I’ve come to believe that in order to live the kind of life we desire, we must choose to create it. It’s a concept that sounds good on paper, yet making it happen can be harder. We humans tend to look at things from a lens of the big picture concept side and though they say that the devil is in the details, we rush past the smallest of details. We look for big signs that we are succeeding and hope that huge leaps will result fast and life changing results.
The truth is that if we want our creative lives to be sustainable, we need to learn to subsist on tiny sips of inspiration and see the infinitesimal moments of beauty and perfection as our building blocks.
What will save us, therefore, isn’t grand gestures or sweeping changes, but the small moments. A perfect cup of coffee, a ten-day old bouquet of grocery store flowers, the way the flame on a candle flickers as it reaches the end of the wick.
Yesterday, we lost electricity for several hours. My plan for the Saturday was to write and edit. And I needed to be doing that in WordPress. Without electricity or internet, I was at a loss as to what to do now that my plan had been changed.
Rather than worry about finishing this column. Or editing a blog post for work. I moved back into the bedroom and got a change of perspective. This past summer, John’s mother sold her house and some of her furniture came back to Ohio to live with us.
A part of that furniture is a peach colored wing back chair nestled into a corner by the windows. On John’s side of the bed. I never sit their, and honestly wasn’t thrilled about the addition of that chair. And a side table. And a lamp.
It’s been growing on me, though. And for the first time since it’s been in our bedroom, the loss of electricity led me to sit there. With what little natural light was available on a rainy day, I found comfort there. Nestled in a chair that had held dozens of O’Connors over the last twenty-five years.
Rather than fret about this column. Or those blog posts I meant to finish editing today. I wrote a letter. I wrote in my journal. I sat and listened to the sound of the rain pelting against the windows.
To feed my creative life, I need to allow myself to experience these kinds of moment.
One day last week, I walked outside to place a Netflix video in the mailbox. My phone was in my pocket and a cup of coffee in my hand. I paused to watch the changing sky as the rising sun colored my view with tinges of pink and shots of gold against midnight blue sky. Then I gazed to my left to see the shimmer of raindrops shimmered against the deep green leaves of my roses. And the way the drops on a spider web made it glimmer
Such stark beauty was all around me, and if I had hurried just a little, I would have missed it.
We tend to believe that when we talk about “making”, it must be something done with from a high art perspective: writing, drawing, making music, etc.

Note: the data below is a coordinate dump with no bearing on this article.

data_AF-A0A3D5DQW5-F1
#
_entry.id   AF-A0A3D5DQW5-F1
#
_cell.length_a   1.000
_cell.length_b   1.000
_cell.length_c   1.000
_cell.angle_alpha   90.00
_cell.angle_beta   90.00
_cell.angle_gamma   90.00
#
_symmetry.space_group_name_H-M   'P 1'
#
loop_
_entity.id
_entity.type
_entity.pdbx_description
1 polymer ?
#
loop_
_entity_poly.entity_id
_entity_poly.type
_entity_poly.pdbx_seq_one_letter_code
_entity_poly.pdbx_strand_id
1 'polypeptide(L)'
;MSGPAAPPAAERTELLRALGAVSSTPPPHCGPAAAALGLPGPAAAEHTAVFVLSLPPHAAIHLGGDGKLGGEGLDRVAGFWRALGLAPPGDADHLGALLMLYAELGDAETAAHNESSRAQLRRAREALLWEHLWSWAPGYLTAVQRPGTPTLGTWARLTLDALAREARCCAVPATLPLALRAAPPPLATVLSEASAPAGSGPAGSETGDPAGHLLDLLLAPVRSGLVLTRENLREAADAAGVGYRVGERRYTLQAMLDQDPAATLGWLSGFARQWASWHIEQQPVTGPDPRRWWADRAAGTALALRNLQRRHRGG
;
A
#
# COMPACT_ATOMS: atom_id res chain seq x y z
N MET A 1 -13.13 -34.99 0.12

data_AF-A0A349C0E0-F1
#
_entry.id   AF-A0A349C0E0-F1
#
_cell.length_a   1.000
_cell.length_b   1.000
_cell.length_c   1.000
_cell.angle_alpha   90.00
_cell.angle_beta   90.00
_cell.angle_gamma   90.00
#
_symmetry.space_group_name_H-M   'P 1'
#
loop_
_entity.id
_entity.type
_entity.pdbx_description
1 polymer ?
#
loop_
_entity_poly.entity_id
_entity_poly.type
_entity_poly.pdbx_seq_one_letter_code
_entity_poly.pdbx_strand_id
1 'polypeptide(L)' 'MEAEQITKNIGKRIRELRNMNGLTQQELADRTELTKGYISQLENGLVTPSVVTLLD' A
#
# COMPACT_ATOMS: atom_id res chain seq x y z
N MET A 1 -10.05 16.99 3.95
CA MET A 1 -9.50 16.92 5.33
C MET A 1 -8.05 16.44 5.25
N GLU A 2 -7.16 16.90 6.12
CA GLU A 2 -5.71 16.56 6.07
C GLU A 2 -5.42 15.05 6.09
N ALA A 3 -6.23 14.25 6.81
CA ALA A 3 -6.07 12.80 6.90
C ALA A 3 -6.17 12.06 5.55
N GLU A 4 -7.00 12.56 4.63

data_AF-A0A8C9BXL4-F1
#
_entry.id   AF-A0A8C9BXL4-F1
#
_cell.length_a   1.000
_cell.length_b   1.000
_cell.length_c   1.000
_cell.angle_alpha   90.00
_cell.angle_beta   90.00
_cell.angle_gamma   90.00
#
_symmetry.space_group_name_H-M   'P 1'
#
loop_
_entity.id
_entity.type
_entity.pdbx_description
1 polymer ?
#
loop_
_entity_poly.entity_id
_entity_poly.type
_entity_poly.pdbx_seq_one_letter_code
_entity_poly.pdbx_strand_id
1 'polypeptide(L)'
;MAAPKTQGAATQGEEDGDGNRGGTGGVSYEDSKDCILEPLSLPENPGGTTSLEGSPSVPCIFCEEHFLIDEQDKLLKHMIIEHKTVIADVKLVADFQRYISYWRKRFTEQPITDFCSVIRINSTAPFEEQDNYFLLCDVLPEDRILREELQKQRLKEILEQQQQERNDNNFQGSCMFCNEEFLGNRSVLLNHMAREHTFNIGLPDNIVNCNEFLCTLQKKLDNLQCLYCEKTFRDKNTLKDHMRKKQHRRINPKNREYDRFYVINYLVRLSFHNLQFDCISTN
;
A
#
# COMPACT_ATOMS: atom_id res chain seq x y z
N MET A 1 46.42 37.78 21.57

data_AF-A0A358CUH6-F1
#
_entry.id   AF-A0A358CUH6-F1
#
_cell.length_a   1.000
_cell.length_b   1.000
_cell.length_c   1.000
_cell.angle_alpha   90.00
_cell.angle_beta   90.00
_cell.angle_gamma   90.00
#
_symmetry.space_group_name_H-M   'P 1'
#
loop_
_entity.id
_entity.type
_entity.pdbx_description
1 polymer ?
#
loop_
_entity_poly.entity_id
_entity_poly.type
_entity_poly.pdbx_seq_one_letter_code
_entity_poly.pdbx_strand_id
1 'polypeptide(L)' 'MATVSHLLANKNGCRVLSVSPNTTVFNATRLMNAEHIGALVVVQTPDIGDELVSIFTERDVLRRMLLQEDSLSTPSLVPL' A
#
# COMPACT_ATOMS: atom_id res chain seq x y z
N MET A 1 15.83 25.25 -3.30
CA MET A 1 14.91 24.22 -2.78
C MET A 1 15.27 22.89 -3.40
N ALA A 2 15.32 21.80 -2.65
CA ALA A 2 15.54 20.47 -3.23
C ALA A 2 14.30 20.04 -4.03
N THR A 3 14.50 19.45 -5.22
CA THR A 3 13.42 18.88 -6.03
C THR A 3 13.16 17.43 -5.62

Yet, my core truth is that we are always making. Each moment of living is a choice in creative living. We just have to notice them.
It’s watching John load the car in the mornings: first he walks to the back of his bright red car. He waves his foot under the trunk, the car beeps, and the lid begins to rise. He places his lunch box and briefcase in his trunk. And then drapes his suit jacket across his briefcase so it doesn’t wrinkle. After closing the trunk, he opens the driver’s door, leans in and puts his coffee cup in the holder.
Only then does he climb into the car, push the button to start the engine, and buckles his seat belt.
Sometimes I can hear his morning radio choices: The Beatles or Pop Rocks on SiriusFM. He hits the hazard lights, waves one more time, and backs out of the garage.
If I am going to continue to stay devoted to living a creative life. And allowing it to inform and nourish my life. Then, I must continue to notice those infinitesimal moments that add a layer of richness to my world.
Like noticing the ways raw sugar plinks as it hits the coffee in my cup. And then watch the bloom of dairy goodness as I splash in some cream. And that first sip, how the bitterness of the coffee is tempered with the richness of the cream and the sweetness of the sprinkled in sugar.
It’s sharing a joke with the butcher as he packages up a pork loin. And then some ground chicken.. And noticing how he comes alive and smiles a little deeper. Grateful to be seen and acknowledged.
It’s the quick kiss I get as John walks in the door and the scent of him against hours old starched shirt, faded Old Spice, and the workday.
It’s gazing in the mirror and seeing my own inner light as I fasten a necklace. It’s the shift in light as the day is swallowed up by night.
No matter how busy we get, there must be moments of coming back to center. To notice our own life. To see the tiny moments that create my own existence. And the life of those I love. To honor the way creative living plays into my everyday life.
For this is what the core of making is to me: making a life.
About the Author: Debra Smouse
Debra Smouse is a self-admitted Tarnished Southern Belle, life coach, and author of Clearing Brain Clutter: Discovering Your Heart’s Desire and Clearing Soul Clutter: Creating Your Vision. When she’s not vacuuming her couch, you’ll find her reading or plotting when she can play her next round of golf. She’s the Editor in Chief here at Modern Creative Life. Connect with her on Twitter, Facebook, and Instagram.